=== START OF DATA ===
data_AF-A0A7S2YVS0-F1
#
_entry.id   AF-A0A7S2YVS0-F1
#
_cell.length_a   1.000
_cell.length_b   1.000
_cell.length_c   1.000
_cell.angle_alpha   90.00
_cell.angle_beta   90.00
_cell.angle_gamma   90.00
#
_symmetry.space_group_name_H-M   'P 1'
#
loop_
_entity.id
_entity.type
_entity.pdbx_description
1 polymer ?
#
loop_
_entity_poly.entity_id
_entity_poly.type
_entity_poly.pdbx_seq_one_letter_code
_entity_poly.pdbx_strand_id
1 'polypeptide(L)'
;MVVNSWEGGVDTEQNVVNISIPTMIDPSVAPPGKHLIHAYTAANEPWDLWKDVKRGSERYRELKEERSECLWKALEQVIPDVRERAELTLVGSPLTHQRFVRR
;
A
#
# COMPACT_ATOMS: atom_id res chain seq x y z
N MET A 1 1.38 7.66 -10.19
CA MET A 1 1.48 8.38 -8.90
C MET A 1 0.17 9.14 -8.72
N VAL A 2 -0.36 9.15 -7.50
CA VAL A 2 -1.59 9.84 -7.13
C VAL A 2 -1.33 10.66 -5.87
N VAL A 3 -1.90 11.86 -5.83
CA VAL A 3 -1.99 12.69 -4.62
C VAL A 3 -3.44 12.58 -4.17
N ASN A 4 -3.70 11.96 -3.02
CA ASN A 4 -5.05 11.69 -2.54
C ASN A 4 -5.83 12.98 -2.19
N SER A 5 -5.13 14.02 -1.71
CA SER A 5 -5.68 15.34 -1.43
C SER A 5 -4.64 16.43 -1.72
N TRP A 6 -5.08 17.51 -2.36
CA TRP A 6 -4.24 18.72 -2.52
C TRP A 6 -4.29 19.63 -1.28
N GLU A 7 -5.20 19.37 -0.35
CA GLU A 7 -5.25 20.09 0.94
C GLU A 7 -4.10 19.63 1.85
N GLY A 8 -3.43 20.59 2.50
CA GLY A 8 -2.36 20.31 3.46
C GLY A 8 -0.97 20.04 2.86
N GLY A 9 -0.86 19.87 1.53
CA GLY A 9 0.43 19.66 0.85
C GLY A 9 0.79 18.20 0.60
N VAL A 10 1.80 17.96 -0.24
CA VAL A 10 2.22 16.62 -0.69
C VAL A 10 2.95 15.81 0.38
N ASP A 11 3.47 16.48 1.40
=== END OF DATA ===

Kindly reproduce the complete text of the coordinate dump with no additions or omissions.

data_AF-A0A7S2YVS0-F1
#
_entry.id   AF-A0A7S2YVS0-F1
#
_cell.length_a   1.000
_cell.length_b   1.000
_cell.length_c   1.000
_cell.angle_alpha   90.00
_cell.angle_beta   90.00
_cell.angle_gamma   90.00
#
_symmetry.space_group_name_H-M   'P 1'
#
loop_
_entity.id
_entity.type
_entity.pdbx_description
1 polymer ?
#
loop_
_entity_poly.entity_id
_entity_poly.type
_entity_poly.pdbx_seq_one_letter_code
_entity_poly.pdbx_strand_id
1 'polypeptide(L)'
;MVVNSWEGGVDTEQNVVNISIPTMIDPSVAPPGKHLIHAYTAANEPWDLWKDVKRGSERYRELKEERSECLWKALEQVIPDVRERAELTLVGSPLTHQRFVRR
;
A
#
# COMPACT_ATOMS: atom_id res chain seq x y z
N MET A 1 1.38 7.66 -10.19
CA MET A 1 1.48 8.38 -8.90
C MET A 1 0.17 9.14 -8.72
N VAL A 2 -0.36 9.15 -7.50
CA VAL A 2 -1.59 9.84 -7.13
C VAL A 2 -1.33 10.66 -5.87
N VAL A 3 -1.90 11.86 -5.83
CA VAL A 3 -1.99 12.69 -4.62
C VAL A 3 -3.44 12.58 -4.17
N ASN A 4 -3.70 11.96 -3.02
CA ASN A 4 -5.05 11.69 -2.54
C ASN A 4 -5.83 12.98 -2.19
N SER A 5 -5.13 14.02 -1.71
CA SER A 5 -5.68 15.34 -1.43
C SER A 5 -4.64 16.43 -1.72
N TRP A 6 -5.08 17.51 -2.36
CA TRP A 6 -4.24 18.72 -2.52
C TRP A 6 -4.29 19.63 -1.28
N GLU A 7 -5.20 19.37 -0.35
CA GLU A 7 -5.25 20.09 0.94
C GLU A 7 -4.10 19.63 1.85
N GLY A 8 -3.43 20.59 2.50
CA GLY A 8 -2.36 20.31 3.46
C GLY A 8 -0.97 20.04 2.86
N GLY A 9 -0.86 19.87 1.53
CA GLY A 9 0.43 19.66 0.85
C GLY A 9 0.79 18.20 0.60
N VAL A 10 1.80 17.96 -0.24
CA VAL A 10 2.22 16.62 -0.69
C VAL A 10 2.95 15.81 0.38
N ASP A 11 3.47 16.48 1.40